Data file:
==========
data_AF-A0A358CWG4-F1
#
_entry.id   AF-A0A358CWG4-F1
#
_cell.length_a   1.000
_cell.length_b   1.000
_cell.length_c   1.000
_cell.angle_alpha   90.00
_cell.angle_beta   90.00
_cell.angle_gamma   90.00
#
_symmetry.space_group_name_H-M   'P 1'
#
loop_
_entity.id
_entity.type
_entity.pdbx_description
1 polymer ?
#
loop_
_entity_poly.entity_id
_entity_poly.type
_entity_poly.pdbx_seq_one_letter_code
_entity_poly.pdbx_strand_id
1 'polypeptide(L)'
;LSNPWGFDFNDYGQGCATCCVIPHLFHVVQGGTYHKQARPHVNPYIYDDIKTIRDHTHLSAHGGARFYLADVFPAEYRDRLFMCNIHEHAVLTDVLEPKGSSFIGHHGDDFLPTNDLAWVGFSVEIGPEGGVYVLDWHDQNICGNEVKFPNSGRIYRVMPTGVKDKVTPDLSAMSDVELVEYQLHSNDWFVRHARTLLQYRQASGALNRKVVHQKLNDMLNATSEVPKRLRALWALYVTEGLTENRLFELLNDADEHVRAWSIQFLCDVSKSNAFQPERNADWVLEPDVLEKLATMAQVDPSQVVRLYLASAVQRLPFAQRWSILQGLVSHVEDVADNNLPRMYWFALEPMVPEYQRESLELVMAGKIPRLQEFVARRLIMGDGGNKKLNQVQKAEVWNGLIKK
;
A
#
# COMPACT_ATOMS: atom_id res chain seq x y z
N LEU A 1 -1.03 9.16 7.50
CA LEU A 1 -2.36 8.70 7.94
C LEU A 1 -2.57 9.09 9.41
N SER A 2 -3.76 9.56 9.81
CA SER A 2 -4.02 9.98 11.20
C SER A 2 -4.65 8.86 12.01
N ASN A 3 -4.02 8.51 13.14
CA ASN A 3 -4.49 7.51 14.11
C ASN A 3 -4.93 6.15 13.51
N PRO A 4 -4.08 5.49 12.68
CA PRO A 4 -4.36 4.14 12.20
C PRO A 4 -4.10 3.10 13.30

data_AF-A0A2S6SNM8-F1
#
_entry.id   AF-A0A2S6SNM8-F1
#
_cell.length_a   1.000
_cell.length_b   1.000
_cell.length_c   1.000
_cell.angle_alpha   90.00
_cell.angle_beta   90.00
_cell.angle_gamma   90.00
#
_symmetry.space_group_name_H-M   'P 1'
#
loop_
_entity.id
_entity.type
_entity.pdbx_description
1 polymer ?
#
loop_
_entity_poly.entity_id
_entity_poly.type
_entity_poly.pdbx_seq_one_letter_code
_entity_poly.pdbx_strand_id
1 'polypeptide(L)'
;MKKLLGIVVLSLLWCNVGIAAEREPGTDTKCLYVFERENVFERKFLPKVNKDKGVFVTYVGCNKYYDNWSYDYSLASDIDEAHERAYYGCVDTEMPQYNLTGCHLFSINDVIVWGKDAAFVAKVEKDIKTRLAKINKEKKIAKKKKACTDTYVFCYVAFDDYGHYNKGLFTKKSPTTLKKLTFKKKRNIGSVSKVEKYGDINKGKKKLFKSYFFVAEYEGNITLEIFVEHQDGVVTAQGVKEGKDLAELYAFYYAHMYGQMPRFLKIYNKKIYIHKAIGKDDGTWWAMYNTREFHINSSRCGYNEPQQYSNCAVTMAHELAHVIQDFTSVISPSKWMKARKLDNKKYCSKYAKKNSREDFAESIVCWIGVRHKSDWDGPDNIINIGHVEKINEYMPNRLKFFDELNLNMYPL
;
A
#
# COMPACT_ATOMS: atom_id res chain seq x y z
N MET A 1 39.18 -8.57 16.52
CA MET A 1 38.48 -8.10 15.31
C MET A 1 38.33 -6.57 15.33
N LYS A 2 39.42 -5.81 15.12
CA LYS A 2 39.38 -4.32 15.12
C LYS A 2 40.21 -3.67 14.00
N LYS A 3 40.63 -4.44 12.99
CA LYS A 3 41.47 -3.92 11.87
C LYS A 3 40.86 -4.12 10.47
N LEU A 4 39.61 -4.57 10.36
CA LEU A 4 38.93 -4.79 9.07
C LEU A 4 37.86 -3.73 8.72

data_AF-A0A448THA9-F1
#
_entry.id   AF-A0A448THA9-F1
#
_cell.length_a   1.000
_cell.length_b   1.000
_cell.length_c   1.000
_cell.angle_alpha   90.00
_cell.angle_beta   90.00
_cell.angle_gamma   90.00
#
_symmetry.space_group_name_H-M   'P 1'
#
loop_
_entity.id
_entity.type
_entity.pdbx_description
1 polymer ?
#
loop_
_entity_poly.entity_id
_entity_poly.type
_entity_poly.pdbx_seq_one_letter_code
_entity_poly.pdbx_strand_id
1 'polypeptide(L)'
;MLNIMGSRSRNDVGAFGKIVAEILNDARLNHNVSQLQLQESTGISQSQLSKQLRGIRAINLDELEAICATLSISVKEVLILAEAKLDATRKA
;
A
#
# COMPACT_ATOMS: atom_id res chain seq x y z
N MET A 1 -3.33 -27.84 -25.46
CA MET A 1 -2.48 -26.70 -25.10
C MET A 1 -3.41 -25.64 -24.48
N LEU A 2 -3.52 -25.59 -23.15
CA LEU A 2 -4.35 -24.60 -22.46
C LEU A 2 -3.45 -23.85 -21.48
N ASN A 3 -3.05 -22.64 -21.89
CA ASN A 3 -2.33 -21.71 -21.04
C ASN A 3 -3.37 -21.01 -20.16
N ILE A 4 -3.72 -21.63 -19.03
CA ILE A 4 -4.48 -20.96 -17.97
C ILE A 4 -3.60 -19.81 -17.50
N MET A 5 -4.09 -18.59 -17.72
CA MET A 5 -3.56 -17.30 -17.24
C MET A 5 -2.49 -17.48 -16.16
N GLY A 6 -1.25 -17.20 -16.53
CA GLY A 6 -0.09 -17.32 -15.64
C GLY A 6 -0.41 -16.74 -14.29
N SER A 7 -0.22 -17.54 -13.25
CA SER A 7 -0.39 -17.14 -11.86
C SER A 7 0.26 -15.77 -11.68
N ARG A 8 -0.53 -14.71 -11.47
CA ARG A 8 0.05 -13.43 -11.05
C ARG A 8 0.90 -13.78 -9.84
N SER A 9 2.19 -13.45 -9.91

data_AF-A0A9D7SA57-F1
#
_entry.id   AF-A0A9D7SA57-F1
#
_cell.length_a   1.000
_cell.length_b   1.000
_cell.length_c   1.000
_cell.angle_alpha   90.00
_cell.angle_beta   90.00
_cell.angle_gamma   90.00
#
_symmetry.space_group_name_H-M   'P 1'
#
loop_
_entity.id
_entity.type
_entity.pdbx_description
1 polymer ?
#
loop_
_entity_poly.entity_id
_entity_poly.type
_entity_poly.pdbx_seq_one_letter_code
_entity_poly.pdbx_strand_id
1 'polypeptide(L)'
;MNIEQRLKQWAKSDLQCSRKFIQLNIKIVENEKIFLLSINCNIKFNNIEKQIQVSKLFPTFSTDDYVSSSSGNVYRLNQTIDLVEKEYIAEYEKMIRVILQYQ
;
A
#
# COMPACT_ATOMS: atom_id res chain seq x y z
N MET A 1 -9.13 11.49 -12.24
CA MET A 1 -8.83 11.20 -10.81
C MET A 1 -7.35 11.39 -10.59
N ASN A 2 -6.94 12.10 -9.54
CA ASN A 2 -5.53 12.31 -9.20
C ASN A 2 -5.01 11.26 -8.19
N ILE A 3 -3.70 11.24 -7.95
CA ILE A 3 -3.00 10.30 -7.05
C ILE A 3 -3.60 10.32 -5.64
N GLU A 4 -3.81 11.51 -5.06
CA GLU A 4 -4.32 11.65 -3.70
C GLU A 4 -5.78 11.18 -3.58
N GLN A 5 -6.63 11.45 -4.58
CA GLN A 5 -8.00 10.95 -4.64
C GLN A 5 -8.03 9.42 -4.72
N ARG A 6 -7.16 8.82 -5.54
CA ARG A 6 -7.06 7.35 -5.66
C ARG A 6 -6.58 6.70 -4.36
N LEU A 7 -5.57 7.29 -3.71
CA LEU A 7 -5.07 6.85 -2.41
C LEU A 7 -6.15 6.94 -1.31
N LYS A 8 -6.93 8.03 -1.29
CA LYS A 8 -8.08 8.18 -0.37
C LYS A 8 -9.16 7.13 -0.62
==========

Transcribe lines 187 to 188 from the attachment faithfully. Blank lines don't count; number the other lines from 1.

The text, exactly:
C ARG A 6 -6.58 6.70 -4.36
N LEU A 7 -5.57 7.29 -3.71